Bridges to a Brighter Future gives students permission to learn, grow, and reach their full potential.
When Bridges to a Brighter Future’s Director Carrie Silver describes the work the organization does, she sums it up this way: “I think the best thing we do is give students the permission to be amazing.”
And this philosophy has yielded amazing results. Bridges to a Brighter Future is a nationally recognized comprehensive college access and success program for high school and college students in Greenville County, South Carolina. Bridges is designed to not only expose students to college, but to address and eliminate the personal, social, and cultural barriers that often prevent low-income and first-generation students from achieving college graduating from college. The students who complete the program, which recently celebrated its 25th anniversary, have enjoyed great high school and college success. A full 100 percent of program participants have graduated from high school, with 92 percent entering college or the military directly after graduation—a considerable achievement, particularly given that nationally just 54 percent of students from similar backgrounds achieve such a feat. Furthermore, 96 percent of Bridges students graduate from college on time. The comparable national average is 39 percent.
The root of this success comes from the program's ability to help “students whose potential outdistances their resources,” Silver explains.
“Some of the challenges that our students have faced include a parent who's been incarcerated, somebody in the household struggling with addiction, and being in foster care,” she said. “Our students do have challenging backgrounds, yet they still strive for something bigger and better. They just don't know how to get there. That's where we come in.”
Bridges first comes into students’ lives when they’re in ninth grade, after they are identified and nominated by teachers to apply to the program based on the potential they demonstrate and their desire to create a better life for themselves—even though they don’t necessarily see the exact path that will get them there.
“You're not necessarily going to know exactly what you want to do in your future, but we look for some commitment to doing something after high school that's going to advance their life. We look for some sort of recognition that they’re definitely going to graduate high school, which we help them do of course, and that they want to discover something more,” said Silver. “We also look for leadership potential, so maybe they've already had positions or done things that show their leadership or maybe they just have a desire and don't know how to get connected.”
And when students are accepted, they get the opportunity to connect—with Bridges, with each other, and with the college experience. To help facilitate these connections, they participate in the summer program, which is held at Furman University in Greenville, South Carolina, where Bridges is housed. There, they get the opportunity to bond and learn about the college experience together—allowing them to not only hear about college, but really see themselves in that environment. In order to do this, Bridges allows students to participate in classes and recreational activities, as well as just roam around campus to see what living there is like.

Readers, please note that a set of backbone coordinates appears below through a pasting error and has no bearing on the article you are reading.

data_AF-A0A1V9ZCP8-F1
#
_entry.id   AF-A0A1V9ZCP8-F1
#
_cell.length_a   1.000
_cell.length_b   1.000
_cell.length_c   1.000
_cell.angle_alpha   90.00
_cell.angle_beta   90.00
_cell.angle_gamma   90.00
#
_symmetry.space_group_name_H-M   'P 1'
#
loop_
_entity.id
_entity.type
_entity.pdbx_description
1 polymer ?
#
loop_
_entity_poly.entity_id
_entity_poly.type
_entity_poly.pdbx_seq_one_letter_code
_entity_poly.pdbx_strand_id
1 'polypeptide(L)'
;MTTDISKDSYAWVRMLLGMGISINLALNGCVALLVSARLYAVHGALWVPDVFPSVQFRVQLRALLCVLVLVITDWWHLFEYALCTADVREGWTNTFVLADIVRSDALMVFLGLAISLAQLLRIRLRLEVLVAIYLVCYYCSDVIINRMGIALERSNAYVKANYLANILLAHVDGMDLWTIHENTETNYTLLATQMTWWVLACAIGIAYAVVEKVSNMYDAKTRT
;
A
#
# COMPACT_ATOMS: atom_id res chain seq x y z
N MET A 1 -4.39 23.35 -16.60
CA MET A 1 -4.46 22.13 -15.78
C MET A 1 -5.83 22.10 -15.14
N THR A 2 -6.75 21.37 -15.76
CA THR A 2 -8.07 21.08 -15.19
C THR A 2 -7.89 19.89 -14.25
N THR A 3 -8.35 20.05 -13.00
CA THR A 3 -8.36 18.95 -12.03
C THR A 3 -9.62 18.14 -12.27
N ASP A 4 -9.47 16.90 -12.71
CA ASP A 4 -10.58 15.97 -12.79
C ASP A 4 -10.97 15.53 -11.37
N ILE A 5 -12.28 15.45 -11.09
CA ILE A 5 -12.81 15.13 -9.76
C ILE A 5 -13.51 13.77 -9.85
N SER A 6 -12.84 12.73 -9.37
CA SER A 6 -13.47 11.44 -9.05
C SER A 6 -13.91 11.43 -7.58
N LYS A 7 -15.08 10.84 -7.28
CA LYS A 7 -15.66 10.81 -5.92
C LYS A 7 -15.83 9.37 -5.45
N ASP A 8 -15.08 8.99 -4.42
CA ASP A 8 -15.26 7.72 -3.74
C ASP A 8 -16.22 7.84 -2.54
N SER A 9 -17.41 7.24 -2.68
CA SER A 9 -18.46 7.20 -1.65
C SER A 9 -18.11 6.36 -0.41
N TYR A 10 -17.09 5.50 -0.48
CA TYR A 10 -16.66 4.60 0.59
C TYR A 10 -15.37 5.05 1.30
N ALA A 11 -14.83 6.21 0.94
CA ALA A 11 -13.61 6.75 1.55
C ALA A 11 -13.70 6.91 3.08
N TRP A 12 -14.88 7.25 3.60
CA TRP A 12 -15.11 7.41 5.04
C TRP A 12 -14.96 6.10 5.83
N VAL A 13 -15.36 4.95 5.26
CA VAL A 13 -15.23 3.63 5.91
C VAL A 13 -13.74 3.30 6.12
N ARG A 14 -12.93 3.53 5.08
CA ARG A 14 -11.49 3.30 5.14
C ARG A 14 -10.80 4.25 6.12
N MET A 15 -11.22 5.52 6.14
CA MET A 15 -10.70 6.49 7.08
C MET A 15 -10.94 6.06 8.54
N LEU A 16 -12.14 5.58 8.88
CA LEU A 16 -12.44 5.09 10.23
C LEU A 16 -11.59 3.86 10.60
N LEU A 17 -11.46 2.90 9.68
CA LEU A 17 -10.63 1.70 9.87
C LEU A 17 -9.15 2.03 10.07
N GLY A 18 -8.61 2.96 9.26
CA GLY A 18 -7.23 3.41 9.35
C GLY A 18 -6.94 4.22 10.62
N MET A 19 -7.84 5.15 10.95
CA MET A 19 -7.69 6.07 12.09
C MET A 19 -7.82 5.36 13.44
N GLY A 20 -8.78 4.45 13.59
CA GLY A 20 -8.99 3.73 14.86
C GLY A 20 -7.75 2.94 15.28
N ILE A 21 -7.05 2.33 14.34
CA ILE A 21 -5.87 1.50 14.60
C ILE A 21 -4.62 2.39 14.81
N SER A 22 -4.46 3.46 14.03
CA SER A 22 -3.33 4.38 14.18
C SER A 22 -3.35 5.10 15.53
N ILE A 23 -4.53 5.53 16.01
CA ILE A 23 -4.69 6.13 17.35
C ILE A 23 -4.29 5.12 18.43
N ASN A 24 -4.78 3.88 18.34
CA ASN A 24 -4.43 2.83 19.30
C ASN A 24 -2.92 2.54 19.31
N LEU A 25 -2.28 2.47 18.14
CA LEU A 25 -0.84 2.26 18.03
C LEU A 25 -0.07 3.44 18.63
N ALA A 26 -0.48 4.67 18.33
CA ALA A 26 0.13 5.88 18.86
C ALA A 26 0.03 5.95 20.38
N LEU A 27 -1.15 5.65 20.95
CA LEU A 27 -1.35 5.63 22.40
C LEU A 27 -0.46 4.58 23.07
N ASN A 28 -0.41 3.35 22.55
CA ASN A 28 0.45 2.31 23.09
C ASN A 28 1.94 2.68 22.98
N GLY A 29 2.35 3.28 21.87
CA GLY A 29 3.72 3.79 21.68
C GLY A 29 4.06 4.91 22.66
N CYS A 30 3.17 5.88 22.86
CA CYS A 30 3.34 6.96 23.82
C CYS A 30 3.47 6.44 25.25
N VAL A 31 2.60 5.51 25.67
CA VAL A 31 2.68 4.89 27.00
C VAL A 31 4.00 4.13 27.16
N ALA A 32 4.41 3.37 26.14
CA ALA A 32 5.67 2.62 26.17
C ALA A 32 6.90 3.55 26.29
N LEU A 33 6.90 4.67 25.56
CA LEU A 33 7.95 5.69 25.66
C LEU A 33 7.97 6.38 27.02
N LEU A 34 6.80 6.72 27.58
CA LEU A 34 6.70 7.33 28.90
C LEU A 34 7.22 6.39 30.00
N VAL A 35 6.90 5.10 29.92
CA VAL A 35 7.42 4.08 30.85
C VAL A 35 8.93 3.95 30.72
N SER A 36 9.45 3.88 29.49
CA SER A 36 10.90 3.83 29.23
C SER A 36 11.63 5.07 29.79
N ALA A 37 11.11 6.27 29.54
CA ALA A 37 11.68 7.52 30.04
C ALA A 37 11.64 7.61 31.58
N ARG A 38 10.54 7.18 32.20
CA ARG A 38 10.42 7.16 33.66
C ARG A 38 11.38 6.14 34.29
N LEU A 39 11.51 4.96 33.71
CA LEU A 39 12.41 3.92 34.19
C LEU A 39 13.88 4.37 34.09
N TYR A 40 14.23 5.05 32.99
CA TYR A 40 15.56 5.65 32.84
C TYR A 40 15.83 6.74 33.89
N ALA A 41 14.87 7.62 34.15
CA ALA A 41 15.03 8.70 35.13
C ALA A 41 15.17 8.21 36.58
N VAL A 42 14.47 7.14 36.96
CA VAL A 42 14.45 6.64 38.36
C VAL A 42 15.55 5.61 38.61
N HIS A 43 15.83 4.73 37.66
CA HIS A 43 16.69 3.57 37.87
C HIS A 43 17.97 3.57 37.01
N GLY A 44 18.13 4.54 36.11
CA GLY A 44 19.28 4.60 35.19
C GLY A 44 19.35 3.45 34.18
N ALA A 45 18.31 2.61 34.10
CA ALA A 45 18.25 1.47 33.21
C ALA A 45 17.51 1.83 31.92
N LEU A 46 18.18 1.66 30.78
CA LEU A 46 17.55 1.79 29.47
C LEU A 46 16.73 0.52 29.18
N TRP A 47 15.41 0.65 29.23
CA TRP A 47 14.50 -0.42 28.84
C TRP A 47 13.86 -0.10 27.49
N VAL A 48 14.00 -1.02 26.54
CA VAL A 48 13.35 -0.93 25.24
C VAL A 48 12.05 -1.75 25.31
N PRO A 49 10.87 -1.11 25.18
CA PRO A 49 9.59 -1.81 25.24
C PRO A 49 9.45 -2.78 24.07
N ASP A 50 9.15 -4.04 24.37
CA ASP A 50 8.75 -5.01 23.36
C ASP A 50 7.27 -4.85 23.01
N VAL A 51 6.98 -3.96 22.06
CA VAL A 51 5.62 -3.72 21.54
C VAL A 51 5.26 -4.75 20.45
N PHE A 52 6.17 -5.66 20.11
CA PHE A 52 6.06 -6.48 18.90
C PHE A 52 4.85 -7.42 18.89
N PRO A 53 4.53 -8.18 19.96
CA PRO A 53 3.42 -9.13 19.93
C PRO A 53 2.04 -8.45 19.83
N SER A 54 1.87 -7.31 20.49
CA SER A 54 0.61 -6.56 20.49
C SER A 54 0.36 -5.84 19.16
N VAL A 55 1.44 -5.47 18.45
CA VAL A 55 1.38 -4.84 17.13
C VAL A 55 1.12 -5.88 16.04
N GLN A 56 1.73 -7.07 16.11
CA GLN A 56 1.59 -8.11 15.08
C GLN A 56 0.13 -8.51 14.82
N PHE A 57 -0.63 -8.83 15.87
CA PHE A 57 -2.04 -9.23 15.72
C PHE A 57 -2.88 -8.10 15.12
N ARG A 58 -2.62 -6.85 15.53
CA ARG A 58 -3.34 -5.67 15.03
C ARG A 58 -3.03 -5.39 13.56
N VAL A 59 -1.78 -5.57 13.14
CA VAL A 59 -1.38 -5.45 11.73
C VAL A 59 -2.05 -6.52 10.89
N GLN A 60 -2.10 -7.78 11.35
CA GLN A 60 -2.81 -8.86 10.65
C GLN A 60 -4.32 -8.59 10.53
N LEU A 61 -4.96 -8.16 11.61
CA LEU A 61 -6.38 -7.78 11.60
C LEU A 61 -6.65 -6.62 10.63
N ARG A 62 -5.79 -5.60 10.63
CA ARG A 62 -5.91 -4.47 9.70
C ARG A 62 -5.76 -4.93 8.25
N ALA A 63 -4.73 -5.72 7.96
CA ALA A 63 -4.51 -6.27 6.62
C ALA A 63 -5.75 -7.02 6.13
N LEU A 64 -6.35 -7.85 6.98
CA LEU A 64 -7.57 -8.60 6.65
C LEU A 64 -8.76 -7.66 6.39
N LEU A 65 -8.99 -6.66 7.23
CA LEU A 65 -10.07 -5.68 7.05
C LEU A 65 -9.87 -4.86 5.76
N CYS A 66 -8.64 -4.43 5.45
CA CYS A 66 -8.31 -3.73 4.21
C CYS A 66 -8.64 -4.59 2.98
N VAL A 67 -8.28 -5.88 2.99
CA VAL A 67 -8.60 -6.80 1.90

“Being able to see themselves there is huge in their vision of their future,” Silver said.
The rest of the time, Bridges helps students prepare for this future by providing tutoring, one-on-one counseling, college planning services, and assessments that help them choose colleges to apply to and the right majors to pursue. In addition, students get help filling out admission and financial aid applications.
After Bridges’ students enter college, the organization provides each one with a laptop and helps them access the services they may need if they’re having academic issues. But classroom performance is not the only thing Bridges is concerned with—the program also strives to engage students in a holistic way, which includes addressing their mental health if necessary.
“We look at the whole person. The students we serve come from trauma—high poverty is trauma in and of itself—so we don't just look at the academic readiness, but also making sure that the student is empowered to take control of their future. That's a huge thing for us and we try to continue that once the students are in college, so during their first semester, they get a visit on campus,” said Silver. “That's partially because you can get a text from somebody that says ‘I'm perfectly fine’ with a smiley face emoji, but when you see them in person, you get the full detail. We make sure we know what's going on underneath the problem, so mental health issues are things we really do address. We have instances where we'll go to a college campus and help a student enroll in mental health counseling so they're not alone.”
In addition to providing academic and emotional support Bridges also ensures students are not alone financially. The program offers scholarships ranging from $1,500 to $5,500 per academic year—and the group is committed to increasing these amounts to better position students to focus on their education without relying heavily on college loans.
“We just finished a strategic planning process and determined four main goals for our future so we make sure we're focusing on the students and their needs. One goal is focused on helping students thrive in higher education with as little debt as possible,” Silver said. “The scholarship piece is a big piece and we have relationships for sustained support. A really big future goal is building community engagement and promoting a culture that values diversity and lifelong learning.”
Kenya McCullum is a freelance writer based in California.